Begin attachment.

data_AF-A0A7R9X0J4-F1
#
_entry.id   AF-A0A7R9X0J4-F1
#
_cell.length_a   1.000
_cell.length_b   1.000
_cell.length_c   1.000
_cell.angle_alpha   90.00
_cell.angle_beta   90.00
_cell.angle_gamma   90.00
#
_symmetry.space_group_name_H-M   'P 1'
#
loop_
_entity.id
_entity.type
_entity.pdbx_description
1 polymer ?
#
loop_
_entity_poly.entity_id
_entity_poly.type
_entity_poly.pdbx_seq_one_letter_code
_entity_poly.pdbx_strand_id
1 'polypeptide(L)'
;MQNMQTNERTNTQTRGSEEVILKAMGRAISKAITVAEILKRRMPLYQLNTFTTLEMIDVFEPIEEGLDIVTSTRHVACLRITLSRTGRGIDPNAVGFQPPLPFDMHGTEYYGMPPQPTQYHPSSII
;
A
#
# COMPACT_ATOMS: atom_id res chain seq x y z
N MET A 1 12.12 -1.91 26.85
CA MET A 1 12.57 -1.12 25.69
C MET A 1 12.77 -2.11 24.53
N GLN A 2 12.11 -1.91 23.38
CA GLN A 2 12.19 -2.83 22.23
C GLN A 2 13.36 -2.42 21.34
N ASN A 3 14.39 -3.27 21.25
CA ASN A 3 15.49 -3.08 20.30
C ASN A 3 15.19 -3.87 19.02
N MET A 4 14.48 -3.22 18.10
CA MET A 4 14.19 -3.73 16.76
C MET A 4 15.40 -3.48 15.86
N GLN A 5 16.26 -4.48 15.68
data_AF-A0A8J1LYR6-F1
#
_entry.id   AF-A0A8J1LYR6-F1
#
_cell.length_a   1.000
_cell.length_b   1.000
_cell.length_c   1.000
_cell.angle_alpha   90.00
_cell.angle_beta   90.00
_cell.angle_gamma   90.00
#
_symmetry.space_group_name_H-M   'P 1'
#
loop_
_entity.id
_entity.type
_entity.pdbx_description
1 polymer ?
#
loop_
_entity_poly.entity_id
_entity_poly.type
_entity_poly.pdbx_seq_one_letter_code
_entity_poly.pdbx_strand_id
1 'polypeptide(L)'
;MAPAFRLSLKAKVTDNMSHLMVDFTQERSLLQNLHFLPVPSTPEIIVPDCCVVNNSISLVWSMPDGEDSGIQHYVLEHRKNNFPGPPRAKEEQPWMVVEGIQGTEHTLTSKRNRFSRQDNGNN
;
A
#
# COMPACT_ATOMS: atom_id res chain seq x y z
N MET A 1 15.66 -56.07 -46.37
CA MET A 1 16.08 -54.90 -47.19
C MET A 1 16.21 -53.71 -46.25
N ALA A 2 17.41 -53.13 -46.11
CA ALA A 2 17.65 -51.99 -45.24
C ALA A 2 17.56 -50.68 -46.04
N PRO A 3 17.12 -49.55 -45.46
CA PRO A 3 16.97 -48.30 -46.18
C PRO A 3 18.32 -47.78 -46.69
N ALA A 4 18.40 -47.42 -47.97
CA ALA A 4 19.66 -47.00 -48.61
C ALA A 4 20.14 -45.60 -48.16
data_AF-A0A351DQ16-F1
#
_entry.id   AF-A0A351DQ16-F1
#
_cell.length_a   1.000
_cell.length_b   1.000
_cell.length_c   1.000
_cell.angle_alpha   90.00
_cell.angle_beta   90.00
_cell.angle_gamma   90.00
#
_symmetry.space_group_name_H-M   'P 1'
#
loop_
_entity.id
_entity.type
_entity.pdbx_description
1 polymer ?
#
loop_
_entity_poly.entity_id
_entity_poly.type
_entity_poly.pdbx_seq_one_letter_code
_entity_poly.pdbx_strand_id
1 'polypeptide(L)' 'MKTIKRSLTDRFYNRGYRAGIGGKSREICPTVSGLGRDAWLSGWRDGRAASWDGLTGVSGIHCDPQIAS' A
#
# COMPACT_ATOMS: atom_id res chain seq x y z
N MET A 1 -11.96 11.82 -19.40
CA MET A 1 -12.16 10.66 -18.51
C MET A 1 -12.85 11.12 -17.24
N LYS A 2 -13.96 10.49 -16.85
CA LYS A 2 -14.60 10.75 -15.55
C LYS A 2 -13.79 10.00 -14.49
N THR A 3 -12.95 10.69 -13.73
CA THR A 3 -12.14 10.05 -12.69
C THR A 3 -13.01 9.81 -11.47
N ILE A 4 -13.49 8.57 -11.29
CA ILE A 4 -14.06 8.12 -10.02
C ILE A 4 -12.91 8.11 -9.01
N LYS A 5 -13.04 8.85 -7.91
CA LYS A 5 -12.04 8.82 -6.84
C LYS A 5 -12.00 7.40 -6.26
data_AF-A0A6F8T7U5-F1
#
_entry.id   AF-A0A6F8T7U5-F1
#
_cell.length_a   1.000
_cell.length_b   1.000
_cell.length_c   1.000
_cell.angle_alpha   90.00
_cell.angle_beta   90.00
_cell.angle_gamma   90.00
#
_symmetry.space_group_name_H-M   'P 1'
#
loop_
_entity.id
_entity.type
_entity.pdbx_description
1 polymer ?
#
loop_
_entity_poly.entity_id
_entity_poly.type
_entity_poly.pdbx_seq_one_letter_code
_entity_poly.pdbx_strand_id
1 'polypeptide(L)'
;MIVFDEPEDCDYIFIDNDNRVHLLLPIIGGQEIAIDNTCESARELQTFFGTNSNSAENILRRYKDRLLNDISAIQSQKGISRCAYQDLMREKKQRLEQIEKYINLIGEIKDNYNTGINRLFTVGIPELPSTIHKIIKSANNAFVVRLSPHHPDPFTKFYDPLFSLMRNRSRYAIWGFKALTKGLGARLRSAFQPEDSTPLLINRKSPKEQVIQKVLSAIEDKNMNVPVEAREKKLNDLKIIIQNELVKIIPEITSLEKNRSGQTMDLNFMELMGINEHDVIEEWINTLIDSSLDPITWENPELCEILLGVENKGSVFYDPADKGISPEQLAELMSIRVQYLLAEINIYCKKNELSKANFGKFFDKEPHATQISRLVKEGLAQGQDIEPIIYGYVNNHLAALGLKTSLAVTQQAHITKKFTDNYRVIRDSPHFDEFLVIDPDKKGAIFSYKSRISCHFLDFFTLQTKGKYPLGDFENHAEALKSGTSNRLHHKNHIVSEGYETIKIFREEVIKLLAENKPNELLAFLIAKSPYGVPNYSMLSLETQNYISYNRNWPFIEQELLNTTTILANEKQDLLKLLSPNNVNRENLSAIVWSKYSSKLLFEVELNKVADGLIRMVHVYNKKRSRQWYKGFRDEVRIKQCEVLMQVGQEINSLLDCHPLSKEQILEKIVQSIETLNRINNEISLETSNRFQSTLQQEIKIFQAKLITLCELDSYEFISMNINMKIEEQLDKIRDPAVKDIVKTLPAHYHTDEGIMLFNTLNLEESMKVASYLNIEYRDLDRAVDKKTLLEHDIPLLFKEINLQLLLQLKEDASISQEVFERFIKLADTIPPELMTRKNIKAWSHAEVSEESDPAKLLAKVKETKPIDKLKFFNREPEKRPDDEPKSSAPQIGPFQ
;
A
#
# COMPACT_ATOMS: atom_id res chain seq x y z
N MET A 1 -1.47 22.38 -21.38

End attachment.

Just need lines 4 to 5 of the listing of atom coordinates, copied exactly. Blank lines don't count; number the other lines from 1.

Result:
#
_cell.length_a   1.000